mason jar crafts, glass jar crafts, diy mason jars, upcycled

mason jar crafts, glass jar crafts, diy mason jars, upcycled

More Homemade Gift Ideas

These all would make wonderful gifts. If you are looking for even more gifts to make? Check out these posts.

homemade gifts

DIY Gifts, Eco-Friendly

Free Handmade Upcycled Gifts

 

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Green Cleaning: Baking Soda and Vinegar

Green cleaning doesn’t have to require a lot of products. Most things can be cleaned with baking soda or vinegar. It can save you money and is safer for your family.

Green cleaning, baking soda, vinegar, natural cleaning, diy cleaning

When it comes to being green, the one thing we can’t forget about is cleaning products. Too often we just pick whatever name brand we know off the shelf and use that. However, there are some alternatives you can begin to use that are not only environmentally friendly, but cost effective to boot.


Specifically, I’m talking about baking soda and vinegar as two of the top green cleaning products you can use. Both are extremely effective in how they’re used. Hopefully this article will convince you to give these products a look next time you’re out shopping for cleaning supplies.

Baking Soda

baking soda

Baking soda has many uses beyond just simple cooking because as it turns out, baking soda is a pretty amazing cleaning product. Primarily as a cleaning product, baking soda works in multiple ways such as a cleaner for appliances like ovens, coffee makers, and can even polish silverware. Outside of the kitchen, baking soda can be used on shower curtains and even as a laundry detergent. One of the best things about using baking soda is that it works as a deodorizer, which helps get rid of many unwanted smells around the house such as in garbage disposals and many types of drains.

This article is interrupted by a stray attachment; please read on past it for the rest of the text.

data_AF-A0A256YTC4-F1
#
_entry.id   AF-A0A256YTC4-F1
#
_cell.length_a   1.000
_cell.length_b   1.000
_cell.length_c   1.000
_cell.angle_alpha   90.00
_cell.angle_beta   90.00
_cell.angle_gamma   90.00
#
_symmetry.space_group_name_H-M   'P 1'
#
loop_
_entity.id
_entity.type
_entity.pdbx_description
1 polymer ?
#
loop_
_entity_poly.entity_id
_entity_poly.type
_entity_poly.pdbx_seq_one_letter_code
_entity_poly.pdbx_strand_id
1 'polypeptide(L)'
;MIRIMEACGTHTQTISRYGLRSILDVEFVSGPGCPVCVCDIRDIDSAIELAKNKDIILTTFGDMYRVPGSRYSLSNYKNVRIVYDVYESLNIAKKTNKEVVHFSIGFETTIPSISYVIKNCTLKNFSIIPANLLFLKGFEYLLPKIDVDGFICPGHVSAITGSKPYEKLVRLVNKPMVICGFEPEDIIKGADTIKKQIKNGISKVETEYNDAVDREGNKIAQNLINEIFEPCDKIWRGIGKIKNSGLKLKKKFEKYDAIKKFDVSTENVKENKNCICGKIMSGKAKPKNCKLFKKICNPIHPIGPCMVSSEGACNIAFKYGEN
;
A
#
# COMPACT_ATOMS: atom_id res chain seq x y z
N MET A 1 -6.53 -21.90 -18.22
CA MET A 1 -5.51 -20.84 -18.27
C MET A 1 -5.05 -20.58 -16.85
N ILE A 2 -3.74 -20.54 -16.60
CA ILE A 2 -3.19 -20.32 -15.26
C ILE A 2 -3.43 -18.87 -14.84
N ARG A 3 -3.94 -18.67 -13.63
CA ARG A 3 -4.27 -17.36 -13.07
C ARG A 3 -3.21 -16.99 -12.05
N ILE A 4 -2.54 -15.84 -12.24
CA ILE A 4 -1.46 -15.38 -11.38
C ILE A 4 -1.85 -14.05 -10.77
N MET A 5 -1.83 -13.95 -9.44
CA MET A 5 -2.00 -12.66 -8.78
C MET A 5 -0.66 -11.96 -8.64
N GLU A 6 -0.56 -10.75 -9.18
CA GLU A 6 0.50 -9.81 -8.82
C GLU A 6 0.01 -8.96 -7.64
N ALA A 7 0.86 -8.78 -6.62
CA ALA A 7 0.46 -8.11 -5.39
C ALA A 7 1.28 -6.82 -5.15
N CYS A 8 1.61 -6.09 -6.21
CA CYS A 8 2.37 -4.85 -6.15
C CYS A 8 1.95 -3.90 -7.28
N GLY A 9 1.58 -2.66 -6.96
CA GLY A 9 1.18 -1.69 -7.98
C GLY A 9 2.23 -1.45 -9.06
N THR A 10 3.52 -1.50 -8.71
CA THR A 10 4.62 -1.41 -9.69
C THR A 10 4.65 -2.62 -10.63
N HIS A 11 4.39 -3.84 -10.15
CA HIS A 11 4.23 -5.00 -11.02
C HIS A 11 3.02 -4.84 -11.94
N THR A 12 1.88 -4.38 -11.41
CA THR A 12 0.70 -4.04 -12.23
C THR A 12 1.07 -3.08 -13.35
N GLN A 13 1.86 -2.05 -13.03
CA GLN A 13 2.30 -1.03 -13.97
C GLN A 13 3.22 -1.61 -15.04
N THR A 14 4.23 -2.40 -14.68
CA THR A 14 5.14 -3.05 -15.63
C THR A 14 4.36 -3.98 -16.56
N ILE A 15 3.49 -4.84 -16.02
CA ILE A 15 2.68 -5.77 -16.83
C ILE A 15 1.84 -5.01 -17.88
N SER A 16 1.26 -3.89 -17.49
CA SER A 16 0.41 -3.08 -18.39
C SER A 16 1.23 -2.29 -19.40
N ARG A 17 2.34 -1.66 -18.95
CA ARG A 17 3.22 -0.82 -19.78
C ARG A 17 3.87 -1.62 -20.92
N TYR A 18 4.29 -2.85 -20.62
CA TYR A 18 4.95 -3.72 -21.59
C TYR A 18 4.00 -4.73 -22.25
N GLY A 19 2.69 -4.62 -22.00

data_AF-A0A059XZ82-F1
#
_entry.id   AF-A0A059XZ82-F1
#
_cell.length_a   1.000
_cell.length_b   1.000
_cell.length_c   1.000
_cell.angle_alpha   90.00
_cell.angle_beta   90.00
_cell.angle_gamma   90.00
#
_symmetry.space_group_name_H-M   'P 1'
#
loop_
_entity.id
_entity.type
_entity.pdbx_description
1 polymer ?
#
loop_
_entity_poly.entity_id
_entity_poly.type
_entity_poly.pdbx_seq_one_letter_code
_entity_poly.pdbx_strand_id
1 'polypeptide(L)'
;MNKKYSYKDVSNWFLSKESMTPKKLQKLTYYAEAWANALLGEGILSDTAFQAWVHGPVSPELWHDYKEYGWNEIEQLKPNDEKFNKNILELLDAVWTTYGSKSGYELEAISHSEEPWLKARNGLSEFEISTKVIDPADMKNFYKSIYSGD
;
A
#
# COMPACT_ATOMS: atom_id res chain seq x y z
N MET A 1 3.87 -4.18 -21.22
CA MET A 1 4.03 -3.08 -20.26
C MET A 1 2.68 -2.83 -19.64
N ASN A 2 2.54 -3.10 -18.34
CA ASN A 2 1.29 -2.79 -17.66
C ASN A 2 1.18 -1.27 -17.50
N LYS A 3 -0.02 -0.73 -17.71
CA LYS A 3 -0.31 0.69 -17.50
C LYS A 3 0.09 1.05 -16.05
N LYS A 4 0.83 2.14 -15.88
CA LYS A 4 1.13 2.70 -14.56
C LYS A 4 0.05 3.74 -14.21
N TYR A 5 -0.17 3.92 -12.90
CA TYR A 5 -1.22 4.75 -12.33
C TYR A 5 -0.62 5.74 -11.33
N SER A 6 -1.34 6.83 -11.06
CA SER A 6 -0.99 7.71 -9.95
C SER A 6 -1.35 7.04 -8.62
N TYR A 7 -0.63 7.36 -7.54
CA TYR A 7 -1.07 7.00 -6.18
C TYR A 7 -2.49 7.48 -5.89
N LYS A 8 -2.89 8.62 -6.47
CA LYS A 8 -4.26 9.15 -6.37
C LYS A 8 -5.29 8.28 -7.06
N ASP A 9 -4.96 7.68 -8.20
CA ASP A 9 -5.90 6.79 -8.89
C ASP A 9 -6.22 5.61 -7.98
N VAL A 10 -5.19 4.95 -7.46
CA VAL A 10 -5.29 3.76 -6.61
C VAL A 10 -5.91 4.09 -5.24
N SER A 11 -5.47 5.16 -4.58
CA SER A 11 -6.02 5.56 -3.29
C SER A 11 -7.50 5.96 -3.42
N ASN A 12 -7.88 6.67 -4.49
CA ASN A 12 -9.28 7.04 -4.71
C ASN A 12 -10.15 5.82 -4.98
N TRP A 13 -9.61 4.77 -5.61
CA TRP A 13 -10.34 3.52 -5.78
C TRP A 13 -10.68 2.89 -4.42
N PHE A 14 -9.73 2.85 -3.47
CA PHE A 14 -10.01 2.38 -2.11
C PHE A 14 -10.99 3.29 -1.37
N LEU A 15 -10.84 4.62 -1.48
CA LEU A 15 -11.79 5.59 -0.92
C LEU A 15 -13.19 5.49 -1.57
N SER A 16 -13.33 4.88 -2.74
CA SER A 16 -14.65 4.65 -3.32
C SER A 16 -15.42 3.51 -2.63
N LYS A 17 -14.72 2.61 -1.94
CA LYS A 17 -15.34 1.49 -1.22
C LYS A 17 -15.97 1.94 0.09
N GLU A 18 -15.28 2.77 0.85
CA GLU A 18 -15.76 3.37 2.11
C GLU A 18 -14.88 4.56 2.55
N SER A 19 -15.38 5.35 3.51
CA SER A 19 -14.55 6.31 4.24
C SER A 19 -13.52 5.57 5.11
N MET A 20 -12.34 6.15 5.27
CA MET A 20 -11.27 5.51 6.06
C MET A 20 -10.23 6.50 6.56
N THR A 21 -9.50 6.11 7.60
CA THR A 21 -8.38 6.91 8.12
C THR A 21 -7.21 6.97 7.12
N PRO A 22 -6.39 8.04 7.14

There are also a variety of ways that baking soda can be fused with other homemade cleaning products that you may have around the house. For example, using baking soda with toothpaste forms a white ring remover that is great for furniture or antiques. Another great way to use baking soda is to combine it with water so that it can effectively stay on a sponge like regular soap. This allows you to scrub stove tops and the inside of microwaves easily and baking soda doesn’t leave behind any smell, so it’s a pretty easy clean up.

Green cleaning, baking soda, vinegar, natural cleaning, diy cleaning

Baking soda also helps carpets out and is able to get out stains with ease. If you spill a drink or say a pet has an accident, using some baking soda, usually in tandem with vinegar, will help take out that stain with ease. If you use just baking soda to scrub out the stain, it won’t leave nearly the same strong scent that vinegar leaves behind. You can also use the same combination to polish pots and pans and help get rid of tarnish, but even baking soda by itself should be able to get the job done.

Because it’s so easy to buy, and cheap at that, baking soda is by far one of the best cleaning products available, plus it’s great for the environment. Its versatility makes it one of the better options out there and if you buy it in bulk that will save you in the long run since you won’t have to worry about getting different products for different messes. Not to mention, baking soda is one of the greenest cleaning products that you can use, so I would highly recommend it if you are deciding between a regular name brand or a newer and cheaper method of cleaning.